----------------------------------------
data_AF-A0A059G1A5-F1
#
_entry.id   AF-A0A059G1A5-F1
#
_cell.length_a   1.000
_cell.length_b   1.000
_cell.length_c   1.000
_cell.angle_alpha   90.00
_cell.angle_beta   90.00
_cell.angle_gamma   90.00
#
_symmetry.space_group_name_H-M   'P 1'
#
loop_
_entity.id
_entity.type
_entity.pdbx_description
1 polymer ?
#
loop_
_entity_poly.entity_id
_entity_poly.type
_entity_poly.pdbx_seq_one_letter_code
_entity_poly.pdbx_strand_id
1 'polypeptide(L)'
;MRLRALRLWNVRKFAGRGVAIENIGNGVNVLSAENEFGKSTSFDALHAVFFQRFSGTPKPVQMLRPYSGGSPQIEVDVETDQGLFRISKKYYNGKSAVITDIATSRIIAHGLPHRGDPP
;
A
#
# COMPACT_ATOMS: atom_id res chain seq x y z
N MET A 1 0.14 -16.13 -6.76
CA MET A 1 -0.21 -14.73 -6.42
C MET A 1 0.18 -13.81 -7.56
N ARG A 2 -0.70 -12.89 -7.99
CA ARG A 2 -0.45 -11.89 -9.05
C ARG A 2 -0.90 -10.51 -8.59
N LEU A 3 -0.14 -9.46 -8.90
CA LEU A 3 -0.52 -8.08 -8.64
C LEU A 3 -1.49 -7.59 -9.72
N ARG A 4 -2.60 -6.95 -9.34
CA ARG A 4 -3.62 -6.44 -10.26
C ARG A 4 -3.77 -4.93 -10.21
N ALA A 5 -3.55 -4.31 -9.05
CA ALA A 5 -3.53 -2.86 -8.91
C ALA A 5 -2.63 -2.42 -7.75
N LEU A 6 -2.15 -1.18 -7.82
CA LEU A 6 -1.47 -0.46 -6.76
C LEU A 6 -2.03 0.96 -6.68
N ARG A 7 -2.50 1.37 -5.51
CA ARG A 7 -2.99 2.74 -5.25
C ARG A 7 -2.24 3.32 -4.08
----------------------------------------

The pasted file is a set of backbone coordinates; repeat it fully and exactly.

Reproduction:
data_AF-A0A059G1A5-F1
#
_entry.id   AF-A0A059G1A5-F1
#
_cell.length_a   1.000
_cell.length_b   1.000
_cell.length_c   1.000
_cell.angle_alpha   90.00
_cell.angle_beta   90.00
_cell.angle_gamma   90.00
#
_symmetry.space_group_name_H-M   'P 1'
#
loop_
_entity.id
_entity.type
_entity.pdbx_description
1 polymer ?
#
loop_
_entity_poly.entity_id
_entity_poly.type
_entity_poly.pdbx_seq_one_letter_code
_entity_poly.pdbx_strand_id
1 'polypeptide(L)'
;MRLRALRLWNVRKFAGRGVAIENIGNGVNVLSAENEFGKSTSFDALHAVFFQRFSGTPKPVQMLRPYSGGSPQIEVDVETDQGLFRISKKYYNGKSAVITDIATSRIIAHGLPHRGDPP
;
A
#
# COMPACT_ATOMS: atom_id res chain seq x y z
N MET A 1 0.14 -16.13 -6.76
CA MET A 1 -0.21 -14.73 -6.42
C MET A 1 0.18 -13.81 -7.56
N ARG A 2 -0.70 -12.89 -7.99
CA ARG A 2 -0.45 -11.89 -9.05
C ARG A 2 -0.90 -10.51 -8.59
N LEU A 3 -0.14 -9.46 -8.90
CA LEU A 3 -0.52 -8.08 -8.64
C LEU A 3 -1.49 -7.59 -9.72
N ARG A 4 -2.60 -6.95 -9.34
CA ARG A 4 -3.62 -6.44 -10.26
C ARG A 4 -3.77 -4.93 -10.21
N ALA A 5 -3.55 -4.31 -9.05
CA ALA A 5 -3.53 -2.86 -8.91
C ALA A 5 -2.63 -2.42 -7.75
N LEU A 6 -2.15 -1.18 -7.82
CA LEU A 6 -1.47 -0.46 -6.76
C LEU A 6 -2.03 0.96 -6.68
N ARG A 7 -2.50 1.37 -5.51
CA ARG A 7 -2.99 2.74 -5.25
C ARG A 7 -2.24 3.32 -4.08